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The Naked Table Project: Sustainable Furniture Bringing Communities Together

September 30, 2009

Most of us know that buying local, sustainable products is the ‘right’ thing to do, but rarely do people get to engage in the process of making these products from beginning to end. Charles Shackleton, co-founder of ShackletonThomas is changing that through the ‘naked table project‘ in Woodstock, Vermont. The project is designed to bring people together and to create connections to community and the environment through the experience of making a dining room table.

A table is very often the center of the home. It is where families and friends gather to eat, do homework, read the newspaper, talk about their day, or just connect with others. So, when Charles Shackleton was thinking about an object that would be functional and symbolic for this project, nothing seemed as fitting as a table.

image via Boston Globe

He began the ‘naked table project’ by inviting a group of local people to attend a weekend workshop to build their own table. The group spent a day each assembling their own table made from sustainably harvested sugar maples. The trees themselves were sourced from sustainably managed forest lots and were chosen by a local forester, Pat Bartlett. Then there was a field trip for the group to head out and plant their own sugar maple seedling and to take a photograph next to their tree. The GPS coordinates were taken, and the location marked on the base of the finished naked table so that future generations can always return to that exact location to see where the wood had come from.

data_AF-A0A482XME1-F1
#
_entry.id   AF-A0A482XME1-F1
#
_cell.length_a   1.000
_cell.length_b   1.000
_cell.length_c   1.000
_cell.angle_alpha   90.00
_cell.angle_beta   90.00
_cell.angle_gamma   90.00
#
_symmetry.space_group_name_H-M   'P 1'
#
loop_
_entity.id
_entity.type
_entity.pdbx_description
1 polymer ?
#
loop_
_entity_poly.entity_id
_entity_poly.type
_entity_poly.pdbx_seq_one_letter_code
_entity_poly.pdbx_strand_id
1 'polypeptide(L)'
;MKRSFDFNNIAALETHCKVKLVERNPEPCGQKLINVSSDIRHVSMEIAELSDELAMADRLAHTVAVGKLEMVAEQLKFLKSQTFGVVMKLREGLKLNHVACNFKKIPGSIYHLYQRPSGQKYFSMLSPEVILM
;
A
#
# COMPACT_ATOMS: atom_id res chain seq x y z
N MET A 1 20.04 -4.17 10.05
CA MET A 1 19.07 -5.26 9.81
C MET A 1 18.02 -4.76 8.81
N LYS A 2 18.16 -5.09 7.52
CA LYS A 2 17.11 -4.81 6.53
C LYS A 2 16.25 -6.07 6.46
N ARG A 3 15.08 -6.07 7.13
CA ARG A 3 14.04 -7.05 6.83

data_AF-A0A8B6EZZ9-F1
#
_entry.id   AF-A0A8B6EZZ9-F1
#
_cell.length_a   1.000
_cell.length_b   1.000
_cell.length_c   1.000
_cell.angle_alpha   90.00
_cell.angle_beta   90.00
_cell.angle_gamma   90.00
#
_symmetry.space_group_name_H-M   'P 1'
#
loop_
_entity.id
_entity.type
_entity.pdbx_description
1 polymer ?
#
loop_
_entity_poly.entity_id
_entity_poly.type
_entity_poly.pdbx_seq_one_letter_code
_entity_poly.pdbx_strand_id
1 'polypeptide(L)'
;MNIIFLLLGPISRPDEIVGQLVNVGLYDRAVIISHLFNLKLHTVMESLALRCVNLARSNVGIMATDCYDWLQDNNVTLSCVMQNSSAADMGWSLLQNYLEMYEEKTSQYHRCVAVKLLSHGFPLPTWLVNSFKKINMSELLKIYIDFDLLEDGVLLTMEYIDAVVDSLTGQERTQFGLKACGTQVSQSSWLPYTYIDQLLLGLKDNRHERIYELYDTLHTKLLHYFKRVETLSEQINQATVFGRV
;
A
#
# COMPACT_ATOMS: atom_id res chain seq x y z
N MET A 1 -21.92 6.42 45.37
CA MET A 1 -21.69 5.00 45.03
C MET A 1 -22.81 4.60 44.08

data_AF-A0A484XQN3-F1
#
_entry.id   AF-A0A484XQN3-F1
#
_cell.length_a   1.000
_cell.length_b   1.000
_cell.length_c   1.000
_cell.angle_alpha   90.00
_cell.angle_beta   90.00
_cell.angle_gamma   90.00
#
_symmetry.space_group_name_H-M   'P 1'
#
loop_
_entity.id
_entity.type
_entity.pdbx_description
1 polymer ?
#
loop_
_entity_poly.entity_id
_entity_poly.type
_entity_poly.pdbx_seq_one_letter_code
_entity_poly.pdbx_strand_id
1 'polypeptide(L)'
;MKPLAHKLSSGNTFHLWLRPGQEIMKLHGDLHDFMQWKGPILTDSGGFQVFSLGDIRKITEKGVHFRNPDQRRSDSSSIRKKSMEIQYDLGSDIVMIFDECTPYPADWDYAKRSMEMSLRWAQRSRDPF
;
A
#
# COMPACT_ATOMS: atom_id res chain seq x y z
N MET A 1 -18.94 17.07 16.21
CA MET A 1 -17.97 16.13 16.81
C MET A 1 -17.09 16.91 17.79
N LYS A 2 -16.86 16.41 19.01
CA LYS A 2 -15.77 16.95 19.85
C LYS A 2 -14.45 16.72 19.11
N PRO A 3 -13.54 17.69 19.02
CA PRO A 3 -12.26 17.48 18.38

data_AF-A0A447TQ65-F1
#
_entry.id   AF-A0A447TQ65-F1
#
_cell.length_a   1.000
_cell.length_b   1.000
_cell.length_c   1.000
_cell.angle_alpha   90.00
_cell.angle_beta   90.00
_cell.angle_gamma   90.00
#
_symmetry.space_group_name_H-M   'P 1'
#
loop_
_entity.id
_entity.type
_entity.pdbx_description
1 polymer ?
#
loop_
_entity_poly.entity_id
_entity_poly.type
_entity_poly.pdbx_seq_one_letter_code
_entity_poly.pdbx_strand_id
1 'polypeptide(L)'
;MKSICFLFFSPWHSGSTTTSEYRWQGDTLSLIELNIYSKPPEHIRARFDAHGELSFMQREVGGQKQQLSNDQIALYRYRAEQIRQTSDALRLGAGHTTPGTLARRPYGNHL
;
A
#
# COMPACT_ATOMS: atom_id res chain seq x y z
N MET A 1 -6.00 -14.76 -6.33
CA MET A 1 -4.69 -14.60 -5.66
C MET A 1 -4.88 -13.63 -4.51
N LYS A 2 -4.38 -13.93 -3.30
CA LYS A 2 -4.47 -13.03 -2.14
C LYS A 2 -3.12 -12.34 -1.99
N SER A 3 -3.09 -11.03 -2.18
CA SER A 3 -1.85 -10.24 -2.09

Before the workshop attendees assembled their tables, Charles Shackleton found and worked with a local forester, logger, trucker, miller and finishing company. All of this was possible within a 20 mile radius. Once sugar maples were harvested, they were sawn and kiln dried at a local family farm.

image via ShackletonThomas